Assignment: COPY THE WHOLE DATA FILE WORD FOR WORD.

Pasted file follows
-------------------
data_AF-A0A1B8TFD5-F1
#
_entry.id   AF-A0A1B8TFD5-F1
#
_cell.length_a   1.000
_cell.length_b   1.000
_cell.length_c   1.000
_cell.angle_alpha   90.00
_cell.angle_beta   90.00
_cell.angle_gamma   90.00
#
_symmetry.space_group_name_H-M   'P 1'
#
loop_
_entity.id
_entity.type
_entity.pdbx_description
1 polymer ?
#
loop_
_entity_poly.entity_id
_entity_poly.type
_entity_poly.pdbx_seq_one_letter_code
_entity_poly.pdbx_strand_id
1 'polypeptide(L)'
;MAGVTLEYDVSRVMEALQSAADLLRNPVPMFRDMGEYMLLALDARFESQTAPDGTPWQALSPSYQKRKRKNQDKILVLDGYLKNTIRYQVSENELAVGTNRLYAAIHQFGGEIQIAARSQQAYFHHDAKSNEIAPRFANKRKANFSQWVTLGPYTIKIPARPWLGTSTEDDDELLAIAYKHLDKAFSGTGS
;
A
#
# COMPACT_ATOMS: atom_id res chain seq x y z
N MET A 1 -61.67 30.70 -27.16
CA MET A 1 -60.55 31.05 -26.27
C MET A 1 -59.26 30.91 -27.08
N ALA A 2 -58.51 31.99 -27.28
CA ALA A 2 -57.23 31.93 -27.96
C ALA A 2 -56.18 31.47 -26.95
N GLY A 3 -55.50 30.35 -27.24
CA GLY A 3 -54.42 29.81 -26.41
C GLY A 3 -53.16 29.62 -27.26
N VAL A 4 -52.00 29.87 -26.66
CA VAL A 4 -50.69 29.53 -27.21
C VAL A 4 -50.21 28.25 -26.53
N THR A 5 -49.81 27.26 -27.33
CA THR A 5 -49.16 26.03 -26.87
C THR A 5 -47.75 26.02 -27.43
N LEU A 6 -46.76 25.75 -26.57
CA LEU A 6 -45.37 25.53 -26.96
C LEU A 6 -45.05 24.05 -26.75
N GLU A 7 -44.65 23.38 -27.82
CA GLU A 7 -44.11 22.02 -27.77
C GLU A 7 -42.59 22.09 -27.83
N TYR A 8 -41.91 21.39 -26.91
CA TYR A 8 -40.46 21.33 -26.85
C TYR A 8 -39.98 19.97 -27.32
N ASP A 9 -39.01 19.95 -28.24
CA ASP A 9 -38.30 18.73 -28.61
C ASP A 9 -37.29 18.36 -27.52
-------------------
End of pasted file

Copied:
data_AF-A0A1B8TFD5-F1
#
_entry.id   AF-A0A1B8TFD5-F1
#
_cell.length_a   1.000
_cell.length_b   1.000
_cell.length_c   1.000
_cell.angle_alpha   90.00
_cell.angle_beta   90.00
_cell.angle_gamma   90.00
#
_symmetry.space_group_name_H-M   'P 1'
#
loop_
_entity.id
_entity.type
_entity.pdbx_description
1 polymer ?
#
loop_
_entity_poly.entity_id
_entity_poly.type
_entity_poly.pdbx_seq_one_letter_code
_entity_poly.pdbx_strand_id
1 'polypeptide(L)'
;MAGVTLEYDVSRVMEALQSAADLLRNPVPMFRDMGEYMLLALDARFESQTAPDGTPWQALSPSYQKRKRKNQDKILVLDGYLKNTIRYQVSENELAVGTNRLYAAIHQFGGEIQIAARSQQAYFHHDAKSNEIAPRFANKRKANFSQWVTLGPYTIKIPARPWLGTSTEDDDELLAIAYKHLDKAFSGTGS
;
A
#
# COMPACT_ATOMS: atom_id res chain seq x y z
N MET A 1 -61.67 30.70 -27.16
CA MET A 1 -60.55 31.05 -26.27
C MET A 1 -59.26 30.91 -27.08
N ALA A 2 -58.51 31.99 -27.28
CA ALA A 2 -57.23 31.93 -27.96
C ALA A 2 -56.18 31.47 -26.95
N GLY A 3 -55.50 30.35 -27.24
CA GLY A 3 -54.42 29.81 -26.41
C GLY A 3 -53.16 29.62 -27.26
N VAL A 4 -52.00 29.87 -26.66
CA VAL A 4 -50.69 29.53 -27.21
C VAL A 4 -50.21 28.25 -26.53
N THR A 5 -49.81 27.26 -27.33
CA THR A 5 -49.16 26.03 -26.87
C THR A 5 -47.75 26.02 -27.43
N LEU A 6 -46.76 25.75 -26.57
CA LEU A 6 -45.37 25.53 -26.96
C LEU A 6 -45.05 24.05 -26.75
N GLU A 7 -44.65 23.38 -27.82
CA GLU A 7 -44.11 22.02 -27.77
C GLU A 7 -42.59 22.09 -27.83
N TYR A 8 -41.91 21.39 -26.91
CA TYR A 8 -40.46 21.33 -26.85
C TYR A 8 -39.98 19.97 -27.32
N ASP A 9 -39.01 19.95 -28.24
CA ASP A 9 -38.30 18.73 -28.61
C ASP A 9 -37.29 18.36 -27.52